In a new study published in the journal Science Advances, University of California, Irvine researchers describe a new mechanism for the onset of a rare microgliopathy.
Adult-onset leukoencephalopathy with axonal spheroids and pigmented glia (ALSP) is a rare autosomal dominant neurodegenerative disease associated with mutations of the Csf1r gene which is primarily expressed in microglia, the immune cell of the brain. As such, this gene has been a focus of neuroscientists who study ALSP. While the Csf1r gene is a prime candidate for study, the cellular mechanisms that link Csf1r to the onset of the disease remain unclear.
The UCI team, led by Neurobiology and Behavior Professor Kim Green, with graduate student Miguel Arreola, sought to identify the role that CSF1R and microglia play in the pathogenesis of ALSP. Using an inducible mouse model that restricts CSF1R loss to microglia, the team sought to determine how the loss of one Csf1r allele would impact brain homeostasis. The researchers discovered that the loss caused a disruption in microglial homeostasis accompanied by physiological changes similar to that found in human ALSP patients. The pathological changes were reversed after the restoration of homeostasis, or complete elimination, of dysfunctional microglia from the brains of the mice emphasizing how alterations in microglial phenotype can have a profound impact on the adult brain.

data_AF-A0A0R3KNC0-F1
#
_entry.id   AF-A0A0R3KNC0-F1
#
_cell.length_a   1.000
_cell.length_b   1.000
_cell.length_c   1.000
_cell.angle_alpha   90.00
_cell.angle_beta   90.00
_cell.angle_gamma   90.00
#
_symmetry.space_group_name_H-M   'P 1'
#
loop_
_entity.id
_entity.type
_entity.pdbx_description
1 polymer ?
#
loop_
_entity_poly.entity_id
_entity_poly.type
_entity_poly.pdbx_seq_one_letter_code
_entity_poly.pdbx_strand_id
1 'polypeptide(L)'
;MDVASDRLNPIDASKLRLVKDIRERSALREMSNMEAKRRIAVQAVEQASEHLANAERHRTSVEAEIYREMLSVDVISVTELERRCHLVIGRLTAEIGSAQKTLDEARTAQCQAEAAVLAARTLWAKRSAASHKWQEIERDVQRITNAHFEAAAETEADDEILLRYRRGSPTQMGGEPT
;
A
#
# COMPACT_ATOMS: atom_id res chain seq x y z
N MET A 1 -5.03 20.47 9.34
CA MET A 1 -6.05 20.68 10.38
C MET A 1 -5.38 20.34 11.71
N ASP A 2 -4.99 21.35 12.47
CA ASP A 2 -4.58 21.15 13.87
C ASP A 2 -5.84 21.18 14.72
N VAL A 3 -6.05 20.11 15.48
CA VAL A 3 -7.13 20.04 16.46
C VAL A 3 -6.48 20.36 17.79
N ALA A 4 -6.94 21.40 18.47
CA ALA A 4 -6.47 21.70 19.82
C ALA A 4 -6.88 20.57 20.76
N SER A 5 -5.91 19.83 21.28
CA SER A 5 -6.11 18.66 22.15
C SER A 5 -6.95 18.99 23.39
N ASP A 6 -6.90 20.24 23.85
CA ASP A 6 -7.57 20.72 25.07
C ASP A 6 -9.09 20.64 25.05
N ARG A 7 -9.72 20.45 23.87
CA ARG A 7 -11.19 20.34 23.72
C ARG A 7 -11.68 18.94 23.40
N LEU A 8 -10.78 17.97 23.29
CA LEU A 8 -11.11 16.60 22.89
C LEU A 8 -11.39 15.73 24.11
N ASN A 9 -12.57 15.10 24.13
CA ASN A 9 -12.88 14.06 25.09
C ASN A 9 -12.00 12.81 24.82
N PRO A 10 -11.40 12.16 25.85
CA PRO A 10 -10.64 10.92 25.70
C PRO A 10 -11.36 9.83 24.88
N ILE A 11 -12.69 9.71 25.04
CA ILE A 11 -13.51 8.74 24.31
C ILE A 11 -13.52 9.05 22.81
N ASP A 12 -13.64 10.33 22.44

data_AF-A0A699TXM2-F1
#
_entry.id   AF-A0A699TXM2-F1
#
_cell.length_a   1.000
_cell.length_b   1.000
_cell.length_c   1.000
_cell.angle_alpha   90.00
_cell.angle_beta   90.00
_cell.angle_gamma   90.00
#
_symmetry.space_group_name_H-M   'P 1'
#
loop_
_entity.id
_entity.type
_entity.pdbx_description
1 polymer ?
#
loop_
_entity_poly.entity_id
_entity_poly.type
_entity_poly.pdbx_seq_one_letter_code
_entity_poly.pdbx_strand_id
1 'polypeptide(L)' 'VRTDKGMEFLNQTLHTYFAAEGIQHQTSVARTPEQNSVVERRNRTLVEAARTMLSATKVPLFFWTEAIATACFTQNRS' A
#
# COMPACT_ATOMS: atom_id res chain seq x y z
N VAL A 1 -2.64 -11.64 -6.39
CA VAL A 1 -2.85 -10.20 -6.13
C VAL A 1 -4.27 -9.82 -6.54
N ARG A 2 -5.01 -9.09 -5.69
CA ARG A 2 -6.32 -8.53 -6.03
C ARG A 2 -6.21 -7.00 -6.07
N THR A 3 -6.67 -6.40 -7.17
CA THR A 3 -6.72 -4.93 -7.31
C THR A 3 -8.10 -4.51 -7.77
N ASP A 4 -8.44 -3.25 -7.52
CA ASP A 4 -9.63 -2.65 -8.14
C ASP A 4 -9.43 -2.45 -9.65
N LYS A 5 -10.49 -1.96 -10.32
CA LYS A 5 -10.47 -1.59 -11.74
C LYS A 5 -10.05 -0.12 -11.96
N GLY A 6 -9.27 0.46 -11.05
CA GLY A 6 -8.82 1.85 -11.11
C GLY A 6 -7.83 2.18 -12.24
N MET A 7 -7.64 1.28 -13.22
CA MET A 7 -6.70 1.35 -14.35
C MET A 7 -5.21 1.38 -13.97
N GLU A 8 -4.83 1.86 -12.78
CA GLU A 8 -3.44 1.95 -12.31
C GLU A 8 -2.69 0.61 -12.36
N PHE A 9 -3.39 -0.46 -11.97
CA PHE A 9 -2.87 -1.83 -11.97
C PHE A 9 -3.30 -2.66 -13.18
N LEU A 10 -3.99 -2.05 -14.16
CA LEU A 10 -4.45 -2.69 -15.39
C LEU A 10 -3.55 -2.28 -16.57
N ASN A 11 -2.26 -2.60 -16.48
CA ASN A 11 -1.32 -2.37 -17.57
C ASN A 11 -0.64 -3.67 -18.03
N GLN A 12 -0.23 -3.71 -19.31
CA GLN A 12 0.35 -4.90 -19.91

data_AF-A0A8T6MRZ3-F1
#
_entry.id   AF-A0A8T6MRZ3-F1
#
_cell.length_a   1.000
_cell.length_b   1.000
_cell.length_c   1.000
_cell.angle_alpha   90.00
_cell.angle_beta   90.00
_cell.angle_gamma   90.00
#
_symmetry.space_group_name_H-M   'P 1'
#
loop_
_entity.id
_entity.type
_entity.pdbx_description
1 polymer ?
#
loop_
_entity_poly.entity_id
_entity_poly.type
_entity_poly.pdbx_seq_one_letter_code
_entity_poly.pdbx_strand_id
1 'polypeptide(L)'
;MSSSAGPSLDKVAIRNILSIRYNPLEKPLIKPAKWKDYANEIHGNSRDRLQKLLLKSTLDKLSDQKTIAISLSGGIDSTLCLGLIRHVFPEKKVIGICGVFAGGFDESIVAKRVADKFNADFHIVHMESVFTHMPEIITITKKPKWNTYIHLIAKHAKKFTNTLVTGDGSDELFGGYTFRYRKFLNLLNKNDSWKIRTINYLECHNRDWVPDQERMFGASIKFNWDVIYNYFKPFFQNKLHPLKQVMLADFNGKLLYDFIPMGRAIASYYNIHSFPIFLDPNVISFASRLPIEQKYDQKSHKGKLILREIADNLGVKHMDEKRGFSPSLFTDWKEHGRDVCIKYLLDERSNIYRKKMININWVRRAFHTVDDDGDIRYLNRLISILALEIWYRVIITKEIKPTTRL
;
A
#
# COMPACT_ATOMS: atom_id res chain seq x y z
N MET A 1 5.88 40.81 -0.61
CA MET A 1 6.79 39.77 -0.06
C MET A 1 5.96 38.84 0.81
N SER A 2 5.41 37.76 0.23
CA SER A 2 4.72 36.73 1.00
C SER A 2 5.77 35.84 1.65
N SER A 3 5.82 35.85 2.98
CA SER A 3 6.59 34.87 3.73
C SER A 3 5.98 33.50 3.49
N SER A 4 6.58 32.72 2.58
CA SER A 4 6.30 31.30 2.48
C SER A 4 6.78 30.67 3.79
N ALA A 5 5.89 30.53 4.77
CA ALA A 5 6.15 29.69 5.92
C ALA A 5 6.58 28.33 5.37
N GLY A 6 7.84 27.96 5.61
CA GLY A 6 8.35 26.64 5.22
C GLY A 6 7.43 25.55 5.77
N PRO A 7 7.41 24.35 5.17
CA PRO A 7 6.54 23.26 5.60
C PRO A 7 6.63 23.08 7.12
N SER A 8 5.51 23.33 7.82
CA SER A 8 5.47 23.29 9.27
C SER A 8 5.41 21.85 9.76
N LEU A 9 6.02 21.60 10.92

“These results show the dramatic impact that non-neuronal cells can have on brain function and disease, and likely involve common mechanisms across many neurodegenerative diseases, such as Alzheimer’s disease”